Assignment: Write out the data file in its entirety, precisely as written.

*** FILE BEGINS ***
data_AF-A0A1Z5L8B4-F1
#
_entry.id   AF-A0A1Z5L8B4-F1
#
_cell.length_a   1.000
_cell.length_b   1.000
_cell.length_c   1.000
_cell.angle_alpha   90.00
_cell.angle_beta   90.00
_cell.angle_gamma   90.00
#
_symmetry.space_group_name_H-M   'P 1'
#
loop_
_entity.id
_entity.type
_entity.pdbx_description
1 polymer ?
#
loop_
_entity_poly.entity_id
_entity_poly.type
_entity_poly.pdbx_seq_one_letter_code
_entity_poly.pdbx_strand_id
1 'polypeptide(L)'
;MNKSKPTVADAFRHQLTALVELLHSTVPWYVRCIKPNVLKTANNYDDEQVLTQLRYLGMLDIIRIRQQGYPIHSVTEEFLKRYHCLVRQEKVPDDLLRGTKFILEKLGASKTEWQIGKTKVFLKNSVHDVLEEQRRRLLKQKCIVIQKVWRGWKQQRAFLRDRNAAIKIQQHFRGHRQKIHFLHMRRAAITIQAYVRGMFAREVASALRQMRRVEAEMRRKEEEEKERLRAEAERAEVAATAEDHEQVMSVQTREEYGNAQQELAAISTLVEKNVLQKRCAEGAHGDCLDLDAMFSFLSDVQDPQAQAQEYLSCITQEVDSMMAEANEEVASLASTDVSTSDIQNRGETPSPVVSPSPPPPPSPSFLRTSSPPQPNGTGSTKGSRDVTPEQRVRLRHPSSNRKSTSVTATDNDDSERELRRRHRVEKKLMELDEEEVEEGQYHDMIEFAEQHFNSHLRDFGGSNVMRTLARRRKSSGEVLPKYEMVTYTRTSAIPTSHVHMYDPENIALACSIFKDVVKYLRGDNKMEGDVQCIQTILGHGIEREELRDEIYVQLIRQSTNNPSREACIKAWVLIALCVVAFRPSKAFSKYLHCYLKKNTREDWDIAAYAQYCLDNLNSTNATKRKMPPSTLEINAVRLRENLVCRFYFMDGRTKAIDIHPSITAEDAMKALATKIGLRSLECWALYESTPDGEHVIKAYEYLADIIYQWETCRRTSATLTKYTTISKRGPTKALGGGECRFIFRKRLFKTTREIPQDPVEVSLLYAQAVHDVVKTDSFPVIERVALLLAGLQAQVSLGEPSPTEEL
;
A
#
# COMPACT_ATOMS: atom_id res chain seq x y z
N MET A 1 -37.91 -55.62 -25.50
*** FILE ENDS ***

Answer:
data_AF-A0A1Z5L8B4-F1
#
_entry.id   AF-A0A1Z5L8B4-F1
#
_cell.length_a   1.000
_cell.length_b   1.000
_cell.length_c   1.000
_cell.angle_alpha   90.00
_cell.angle_beta   90.00
_cell.angle_gamma   90.00
#
_symmetry.space_group_name_H-M   'P 1'
#
loop_
_entity.id
_entity.type
_entity.pdbx_description
1 polymer ?
#
loop_
_entity_poly.entity_id
_entity_poly.type
_entity_poly.pdbx_seq_one_letter_code
_entity_poly.pdbx_strand_id
1 'polypeptide(L)'
;MNKSKPTVADAFRHQLTALVELLHSTVPWYVRCIKPNVLKTANNYDDEQVLTQLRYLGMLDIIRIRQQGYPIHSVTEEFLKRYHCLVRQEKVPDDLLRGTKFILEKLGASKTEWQIGKTKVFLKNSVHDVLEEQRRRLLKQKCIVIQKVWRGWKQQRAFLRDRNAAIKIQQHFRGHRQKIHFLHMRRAAITIQAYVRGMFAREVASALRQMRRVEAEMRRKEEEEKERLRAEAERAEVAATAEDHEQVMSVQTREEYGNAQQELAAISTLVEKNVLQKRCAEGAHGDCLDLDAMFSFLSDVQDPQAQAQEYLSCITQEVDSMMAEANEEVASLASTDVSTSDIQNRGETPSPVVSPSPPPPPSPSFLRTSSPPQPNGTGSTKGSRDVTPEQRVRLRHPSSNRKSTSVTATDNDDSERELRRRHRVEKKLMELDEEEVEEGQYHDMIEFAEQHFNSHLRDFGGSNVMRTLARRRKSSGEVLPKYEMVTYTRTSAIPTSHVHMYDPENIALACSIFKDVVKYLRGDNKMEGDVQCIQTILGHGIEREELRDEIYVQLIRQSTNNPSREACIKAWVLIALCVVAFRPSKAFSKYLHCYLKKNTREDWDIAAYAQYCLDNLNSTNATKRKMPPSTLEINAVRLRENLVCRFYFMDGRTKAIDIHPSITAEDAMKALATKIGLRSLECWALYESTPDGEHVIKAYEYLADIIYQWETCRRTSATLTKYTTISKRGPTKALGGGECRFIFRKRLFKTTREIPQDPVEVSLLYAQAVHDVVKTDSFPVIERVALLLAGLQAQVSLGEPSPTEEL
;
A
#
# COMPACT_ATOMS: atom_id res chain seq x y z
N MET A 1 -37.91 -55.62 -25.50